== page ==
Microtubules are formed by an equal amount of α- and β-tubulins through a dynamic process of polymerization and depolymerization that reaches equilibrium. Tubulin-targeting agents affect the microtubule function to disrupt cell shape, microvesicle transportation, and spindle formation. The use of tubulin-targeting agents, especially the newer agents such as taxanes, has significantly increased the response and even survival in patients with many cancers, including breast cancer. However, not all patients respond to these agents. Also, most patients develop recurrent or progressive disease, especially in the metastatic setting. The use of predictive markers of tubulin-targeting agents is therefore needed to increase the therapeutic ratio in the selected patient population. However, many clinical studies have failed to identify reliable and reproducible clinical or biologic markers that serve this purpose. Of the various markers examined, β-tubulin III and its related proteins, such as tau, seem to predict the response to taxanes in preliminary clinical studies. However, most of these studies are limited by many factors such as small sample size, heterogeneous patient population, disease stages, and different methods in marker detection. None of these markers have been validated by large prospective clinical trials. Since tumor cells are driven by many signal transduction pathways, the study of the gene expression signature rather than a single gene is more likely to identify the ultimate predictive markers of response to tubulin-targeting agents. Gene expression profiling and proteomics are in preclinical development and in early clinical trials. They will eventually enable us to offer patients tailored chemotherapy with the tubulin-targeting agents. Before such predictive markers are available, these agents may be considered in patients with good performance status and aggressive tumors.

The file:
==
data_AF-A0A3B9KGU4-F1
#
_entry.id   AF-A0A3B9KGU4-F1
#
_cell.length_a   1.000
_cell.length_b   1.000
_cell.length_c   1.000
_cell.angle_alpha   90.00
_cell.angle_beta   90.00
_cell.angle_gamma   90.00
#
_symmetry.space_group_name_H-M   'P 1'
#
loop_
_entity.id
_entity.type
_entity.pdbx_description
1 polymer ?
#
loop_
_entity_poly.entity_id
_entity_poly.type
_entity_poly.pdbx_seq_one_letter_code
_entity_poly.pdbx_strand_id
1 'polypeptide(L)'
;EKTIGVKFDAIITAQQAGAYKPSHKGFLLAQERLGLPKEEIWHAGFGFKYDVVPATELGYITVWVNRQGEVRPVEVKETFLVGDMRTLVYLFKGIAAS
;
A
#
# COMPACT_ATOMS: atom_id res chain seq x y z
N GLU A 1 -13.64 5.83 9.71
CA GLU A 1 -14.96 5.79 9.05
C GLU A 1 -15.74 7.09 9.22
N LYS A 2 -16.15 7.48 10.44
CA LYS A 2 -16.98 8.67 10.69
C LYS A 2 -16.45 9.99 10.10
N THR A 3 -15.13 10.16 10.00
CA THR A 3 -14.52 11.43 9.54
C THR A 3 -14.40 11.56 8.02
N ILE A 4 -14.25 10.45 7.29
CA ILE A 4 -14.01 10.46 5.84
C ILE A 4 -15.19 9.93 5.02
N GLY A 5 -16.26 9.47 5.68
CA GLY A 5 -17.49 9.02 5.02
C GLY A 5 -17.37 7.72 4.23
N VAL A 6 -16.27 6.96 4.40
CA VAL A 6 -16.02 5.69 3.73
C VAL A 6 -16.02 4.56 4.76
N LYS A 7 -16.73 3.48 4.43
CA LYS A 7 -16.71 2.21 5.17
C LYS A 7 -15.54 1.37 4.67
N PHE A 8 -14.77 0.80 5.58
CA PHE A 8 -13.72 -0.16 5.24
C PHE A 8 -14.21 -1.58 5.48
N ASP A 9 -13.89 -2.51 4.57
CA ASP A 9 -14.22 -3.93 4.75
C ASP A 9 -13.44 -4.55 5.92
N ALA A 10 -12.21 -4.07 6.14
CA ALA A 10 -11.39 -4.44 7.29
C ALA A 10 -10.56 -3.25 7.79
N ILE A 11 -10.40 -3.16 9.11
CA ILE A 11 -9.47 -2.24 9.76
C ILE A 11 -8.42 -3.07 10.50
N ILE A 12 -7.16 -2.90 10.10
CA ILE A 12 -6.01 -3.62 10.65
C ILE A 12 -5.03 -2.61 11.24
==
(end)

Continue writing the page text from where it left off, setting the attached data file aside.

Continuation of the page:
ASJC Scopus subject areas
- Cancer Research